U.S. grant to fund technology upgrade

October 18, 2005|by DON AINES

CHAMBERSBURG, Pa. - By next year, borough police could be filing routine paperwork and monitoring live video from laptop computers in their cruisers and firefighters accessing information about a building en route to a fire with a microwave data system.

On Monday, U.S. Rep Bill Shuster, R-Pa., announced at borough hall that Chambersburg has been approved for a $246,661 U.S. Department of Justice grant to pay for the wireless technology upgrade.

"It will enable the officers to use their laptops in the cars to communicate with the mainframe in city hall," Police Chief Michael T. DeFrank said Monday. The current wireless system, which uses a telephone company for data transmission and reception, is cumbersome, slow and prone to disconnect during data transfers, according to the project summary.


The system will require the installation of antennas at two sites in the borough to receive and transmit data between the mainframe computer and police cruisers, fire engines and ambulances, and borough utility vehicles, according to the summary.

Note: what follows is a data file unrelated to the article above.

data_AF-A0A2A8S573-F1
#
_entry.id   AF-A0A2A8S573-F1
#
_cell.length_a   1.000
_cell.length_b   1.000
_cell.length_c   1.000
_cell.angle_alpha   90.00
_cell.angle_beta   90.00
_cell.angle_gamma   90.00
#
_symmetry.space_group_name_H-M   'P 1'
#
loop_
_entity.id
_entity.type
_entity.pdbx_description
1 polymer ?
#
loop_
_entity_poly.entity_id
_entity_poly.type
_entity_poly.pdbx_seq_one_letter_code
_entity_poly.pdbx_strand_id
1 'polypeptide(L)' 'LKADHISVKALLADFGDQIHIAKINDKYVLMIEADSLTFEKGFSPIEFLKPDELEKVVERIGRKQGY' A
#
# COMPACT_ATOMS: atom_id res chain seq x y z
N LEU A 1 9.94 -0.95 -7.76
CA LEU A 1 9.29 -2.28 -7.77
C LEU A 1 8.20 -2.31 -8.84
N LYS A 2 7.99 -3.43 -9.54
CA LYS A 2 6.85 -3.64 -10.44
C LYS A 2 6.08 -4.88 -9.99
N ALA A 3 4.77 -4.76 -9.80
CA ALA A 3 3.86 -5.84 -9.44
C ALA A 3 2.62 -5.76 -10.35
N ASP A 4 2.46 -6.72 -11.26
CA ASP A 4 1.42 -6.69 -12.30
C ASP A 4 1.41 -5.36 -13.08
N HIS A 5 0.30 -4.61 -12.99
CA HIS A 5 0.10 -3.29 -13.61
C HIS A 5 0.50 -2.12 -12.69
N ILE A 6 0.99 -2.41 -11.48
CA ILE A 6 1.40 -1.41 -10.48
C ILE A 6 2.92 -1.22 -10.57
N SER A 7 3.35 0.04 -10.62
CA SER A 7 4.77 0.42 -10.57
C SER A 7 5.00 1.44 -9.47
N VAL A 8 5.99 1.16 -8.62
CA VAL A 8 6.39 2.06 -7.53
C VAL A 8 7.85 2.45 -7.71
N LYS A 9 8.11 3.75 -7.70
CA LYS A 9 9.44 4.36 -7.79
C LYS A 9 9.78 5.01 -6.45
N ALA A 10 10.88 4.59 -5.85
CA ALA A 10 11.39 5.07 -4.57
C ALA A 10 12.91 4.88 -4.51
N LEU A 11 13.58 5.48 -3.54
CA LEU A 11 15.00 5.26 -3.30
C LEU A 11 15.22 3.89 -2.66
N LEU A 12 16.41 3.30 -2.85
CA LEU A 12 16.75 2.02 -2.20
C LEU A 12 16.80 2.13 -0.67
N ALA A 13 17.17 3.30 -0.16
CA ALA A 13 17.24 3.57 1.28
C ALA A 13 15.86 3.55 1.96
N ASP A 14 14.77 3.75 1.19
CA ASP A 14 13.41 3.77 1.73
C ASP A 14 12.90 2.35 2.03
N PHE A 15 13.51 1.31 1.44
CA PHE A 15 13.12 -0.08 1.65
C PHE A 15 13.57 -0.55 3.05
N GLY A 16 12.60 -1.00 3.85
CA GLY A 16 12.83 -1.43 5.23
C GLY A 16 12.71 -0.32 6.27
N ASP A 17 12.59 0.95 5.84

In addition to word processing, DeFrank said officers will be able to view real-time video from other cruisers or sites with cameras. As an example, he said a bank could choose to install cameras linked to the system, allowing officers to view what is happening inside during the commission of a crime.

It will enable officers to check for criminal warrants and see photos to aid in identifying people without having to return to headquarters, according to the summary.

Officers also will be able to spend more time on the street if they are able to transmit routine reports from their cruisers, rather than having to return to headquarters to do the paperwork, DeFrank said.

Information about borough buildings, such as whether they have sprinkler systems, the location of gas and electric lines, and chemical inventories, is already in the borough's computer system, DeFrank said. The microwave system will allow firefighters to view that information as they are going to the scene, he said.

Ambulance personnel will be able to more readily send and receive patient information with hospitals, according to the summary.

"We wouldn't be in a position to buy the equipment without the grant," DeFrank said, acknowledging Shuster's assistance in getting the money.

The funding is from the Justice Department's Community-Oriented Policing Services program and any costs exceeding the grant will be paid by the borough, according to Borough Secretary Tanya Mickey.

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